July 27, 2009
I met with an elderly widower at his home today. We addressed his legal issues, then lingered and talked a while. He mentioned how he'd always lived in his hometown, except for three years in the service during World War II. He's 86 years old, physically strong and mentally sharp. I decided to take a chance and ask him about his wartime service, aware that many from his vanishing generation prefer not to discuss such experiences. But he was ready.
He worked in ground support for American and R.A.F. airmen flying bombing missions from a base in England. The airfield was under constant threat from German attacks and other similar bases were hit, costing many lives. Once, he sneaked aboard one of our planes for a mission over Germany, thanks to a friendship forged with the bomber's Captain. But soon, he explained, choking with tears at the words, he learned not to make friends with the bomber crews. Because so many never made it back. It was less painful if they weren't your friends. "We stopped getting to know them," he said, "It was a decision we made. We lost too many friends."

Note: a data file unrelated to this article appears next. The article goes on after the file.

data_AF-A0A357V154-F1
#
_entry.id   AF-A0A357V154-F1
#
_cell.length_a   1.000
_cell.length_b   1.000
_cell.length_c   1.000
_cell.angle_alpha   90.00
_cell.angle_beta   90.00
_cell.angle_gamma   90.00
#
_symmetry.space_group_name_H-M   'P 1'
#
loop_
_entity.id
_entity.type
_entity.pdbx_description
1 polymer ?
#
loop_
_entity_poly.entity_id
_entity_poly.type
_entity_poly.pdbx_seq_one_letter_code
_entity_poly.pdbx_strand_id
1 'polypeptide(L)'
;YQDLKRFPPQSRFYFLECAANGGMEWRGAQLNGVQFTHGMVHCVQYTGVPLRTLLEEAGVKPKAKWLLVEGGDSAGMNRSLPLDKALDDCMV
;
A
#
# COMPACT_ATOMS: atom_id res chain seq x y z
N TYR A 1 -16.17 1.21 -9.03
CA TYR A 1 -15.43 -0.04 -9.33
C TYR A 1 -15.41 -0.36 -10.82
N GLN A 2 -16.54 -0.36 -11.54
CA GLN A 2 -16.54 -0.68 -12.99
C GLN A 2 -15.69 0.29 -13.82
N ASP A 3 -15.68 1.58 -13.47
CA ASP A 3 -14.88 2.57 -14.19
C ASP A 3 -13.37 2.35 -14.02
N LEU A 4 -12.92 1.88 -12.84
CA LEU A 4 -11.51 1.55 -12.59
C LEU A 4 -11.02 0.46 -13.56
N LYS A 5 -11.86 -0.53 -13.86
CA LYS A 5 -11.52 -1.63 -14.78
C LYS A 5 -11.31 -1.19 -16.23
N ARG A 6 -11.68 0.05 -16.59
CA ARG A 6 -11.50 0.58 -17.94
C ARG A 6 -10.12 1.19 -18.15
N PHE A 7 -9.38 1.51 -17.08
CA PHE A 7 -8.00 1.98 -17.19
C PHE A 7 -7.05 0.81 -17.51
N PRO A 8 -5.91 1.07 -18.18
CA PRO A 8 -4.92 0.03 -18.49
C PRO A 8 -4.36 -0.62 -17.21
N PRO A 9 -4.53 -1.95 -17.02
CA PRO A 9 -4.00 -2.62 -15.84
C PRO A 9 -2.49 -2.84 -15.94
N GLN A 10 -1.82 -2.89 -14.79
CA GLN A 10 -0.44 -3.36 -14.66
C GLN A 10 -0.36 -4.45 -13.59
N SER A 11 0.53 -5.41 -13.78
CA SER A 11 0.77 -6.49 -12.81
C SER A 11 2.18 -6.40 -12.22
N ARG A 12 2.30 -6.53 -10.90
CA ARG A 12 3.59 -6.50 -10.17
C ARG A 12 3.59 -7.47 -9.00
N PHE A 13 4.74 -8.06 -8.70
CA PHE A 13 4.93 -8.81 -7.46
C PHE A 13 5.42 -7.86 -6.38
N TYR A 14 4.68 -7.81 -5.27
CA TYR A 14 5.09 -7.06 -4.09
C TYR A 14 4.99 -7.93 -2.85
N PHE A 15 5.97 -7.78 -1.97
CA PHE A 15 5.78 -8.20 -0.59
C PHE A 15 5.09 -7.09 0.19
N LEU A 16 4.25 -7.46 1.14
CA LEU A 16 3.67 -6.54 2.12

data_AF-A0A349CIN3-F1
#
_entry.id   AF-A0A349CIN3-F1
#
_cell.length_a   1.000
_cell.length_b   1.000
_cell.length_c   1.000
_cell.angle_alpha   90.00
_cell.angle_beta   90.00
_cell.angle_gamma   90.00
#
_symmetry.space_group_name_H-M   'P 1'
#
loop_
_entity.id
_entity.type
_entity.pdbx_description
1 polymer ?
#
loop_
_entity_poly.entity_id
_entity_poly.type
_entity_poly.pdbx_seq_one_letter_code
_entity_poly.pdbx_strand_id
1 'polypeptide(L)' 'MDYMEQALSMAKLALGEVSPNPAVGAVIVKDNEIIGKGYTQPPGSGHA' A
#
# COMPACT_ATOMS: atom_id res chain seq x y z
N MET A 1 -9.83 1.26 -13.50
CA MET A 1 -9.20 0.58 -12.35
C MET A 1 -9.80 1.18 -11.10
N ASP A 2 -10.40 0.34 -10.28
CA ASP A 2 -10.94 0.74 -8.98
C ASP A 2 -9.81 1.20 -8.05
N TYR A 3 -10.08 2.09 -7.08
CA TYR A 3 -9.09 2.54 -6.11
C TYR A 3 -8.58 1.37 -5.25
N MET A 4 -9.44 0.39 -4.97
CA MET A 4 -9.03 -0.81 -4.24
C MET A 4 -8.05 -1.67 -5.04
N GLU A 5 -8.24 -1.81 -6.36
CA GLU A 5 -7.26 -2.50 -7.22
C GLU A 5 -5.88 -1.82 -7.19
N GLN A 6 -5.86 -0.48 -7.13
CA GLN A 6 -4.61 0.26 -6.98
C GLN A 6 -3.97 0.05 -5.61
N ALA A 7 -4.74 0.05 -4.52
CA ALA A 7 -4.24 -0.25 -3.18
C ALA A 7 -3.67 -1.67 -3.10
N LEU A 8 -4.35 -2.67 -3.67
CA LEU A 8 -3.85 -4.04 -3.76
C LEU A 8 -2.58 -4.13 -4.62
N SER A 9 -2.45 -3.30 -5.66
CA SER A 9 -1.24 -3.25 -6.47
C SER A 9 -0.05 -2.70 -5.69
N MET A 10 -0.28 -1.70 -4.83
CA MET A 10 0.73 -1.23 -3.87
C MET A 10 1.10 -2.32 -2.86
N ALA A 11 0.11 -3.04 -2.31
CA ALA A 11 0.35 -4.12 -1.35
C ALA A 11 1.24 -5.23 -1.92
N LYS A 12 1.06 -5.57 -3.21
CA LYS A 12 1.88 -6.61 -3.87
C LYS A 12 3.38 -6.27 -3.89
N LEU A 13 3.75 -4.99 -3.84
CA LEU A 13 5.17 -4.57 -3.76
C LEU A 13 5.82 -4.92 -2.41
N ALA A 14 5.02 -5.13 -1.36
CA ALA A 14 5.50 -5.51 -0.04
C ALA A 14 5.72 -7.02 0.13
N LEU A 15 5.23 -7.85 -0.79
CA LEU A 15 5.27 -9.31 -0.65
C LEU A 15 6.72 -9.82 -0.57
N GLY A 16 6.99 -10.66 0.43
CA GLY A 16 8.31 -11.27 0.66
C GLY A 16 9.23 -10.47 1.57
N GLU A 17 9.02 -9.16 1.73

When he finally returned home, it was more of the same. Too many friends from his town were gone too, killed in the war. He struggled with guilt. Why did he survive? Why not them instead? And he struggles with the weight of that guilt even now, an old man alone so many years later. Still tearful, hankerchief in hand, he pointed to his Bible on the coffee table, "The only one that helps me through is the Lord."
That's the real attorney-client privilege. To be invited in, to be granted a privileged connection to the life's journeys of our clients.